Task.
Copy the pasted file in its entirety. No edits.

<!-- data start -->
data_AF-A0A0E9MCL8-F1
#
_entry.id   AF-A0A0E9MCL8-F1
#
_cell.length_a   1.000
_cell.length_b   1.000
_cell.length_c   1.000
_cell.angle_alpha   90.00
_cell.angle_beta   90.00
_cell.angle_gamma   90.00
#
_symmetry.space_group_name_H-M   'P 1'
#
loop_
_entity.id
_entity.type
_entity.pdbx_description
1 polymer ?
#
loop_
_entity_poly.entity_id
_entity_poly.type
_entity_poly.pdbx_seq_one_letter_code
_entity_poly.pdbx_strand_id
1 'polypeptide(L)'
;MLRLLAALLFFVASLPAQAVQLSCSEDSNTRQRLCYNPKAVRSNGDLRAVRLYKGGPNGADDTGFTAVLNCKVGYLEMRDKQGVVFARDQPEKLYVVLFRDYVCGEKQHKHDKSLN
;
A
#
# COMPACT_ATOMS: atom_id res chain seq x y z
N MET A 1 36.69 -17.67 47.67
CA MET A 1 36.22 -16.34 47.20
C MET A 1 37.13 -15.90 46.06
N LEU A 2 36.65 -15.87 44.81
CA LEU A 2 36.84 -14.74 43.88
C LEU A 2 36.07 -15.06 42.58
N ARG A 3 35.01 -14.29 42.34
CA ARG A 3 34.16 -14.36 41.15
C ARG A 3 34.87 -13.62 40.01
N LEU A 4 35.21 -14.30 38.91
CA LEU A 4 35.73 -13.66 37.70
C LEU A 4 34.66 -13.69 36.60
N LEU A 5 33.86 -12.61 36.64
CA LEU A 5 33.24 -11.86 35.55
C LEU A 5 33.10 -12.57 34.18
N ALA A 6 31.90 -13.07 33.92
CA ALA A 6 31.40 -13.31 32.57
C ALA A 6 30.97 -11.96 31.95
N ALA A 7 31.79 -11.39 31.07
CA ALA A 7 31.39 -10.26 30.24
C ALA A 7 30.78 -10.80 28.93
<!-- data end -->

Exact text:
data_AF-A0A0E9MCL8-F1
#
_entry.id   AF-A0A0E9MCL8-F1
#
_cell.length_a   1.000
_cell.length_b   1.000
_cell.length_c   1.000
_cell.angle_alpha   90.00
_cell.angle_beta   90.00
_cell.angle_gamma   90.00
#
_symmetry.space_group_name_H-M   'P 1'
#
loop_
_entity.id
_entity.type
_entity.pdbx_description
1 polymer ?
#
loop_
_entity_poly.entity_id
_entity_poly.type
_entity_poly.pdbx_seq_one_letter_code
_entity_poly.pdbx_strand_id
1 'polypeptide(L)'
;MLRLLAALLFFVASLPAQAVQLSCSEDSNTRQRLCYNPKAVRSNGDLRAVRLYKGGPNGADDTGFTAVLNCKVGYLEMRDKQGVVFARDQPEKLYVVLFRDYVCGEKQHKHDKSLN
;
A
#
# COMPACT_ATOMS: atom_id res chain seq x y z
N MET A 1 36.69 -17.67 47.67
CA MET A 1 36.22 -16.34 47.20
C MET A 1 37.13 -15.90 46.06
N LEU A 2 36.65 -15.87 44.81
CA LEU A 2 36.84 -14.74 43.88
C LEU A 2 36.07 -15.06 42.58
N ARG A 3 35.01 -14.29 42.34
CA ARG A 3 34.16 -14.36 41.15
C ARG A 3 34.87 -13.62 40.01
N LEU A 4 35.21 -14.30 38.91
CA LEU A 4 35.73 -13.66 37.70
C LEU A 4 34.66 -13.69 36.60
N LEU A 5 33.86 -12.61 36.64
CA LEU A 5 33.24 -11.86 35.55
C LEU A 5 33.10 -12.57 34.18
N ALA A 6 31.90 -13.07 33.92
CA ALA A 6 31.40 -13.31 32.57
C ALA A 6 30.97 -11.96 31.95
N ALA A 7 31.79 -11.39 31.07
CA ALA A 7 31.39 -10.26 30.24
C ALA A 7 30.78 -10.80 28.93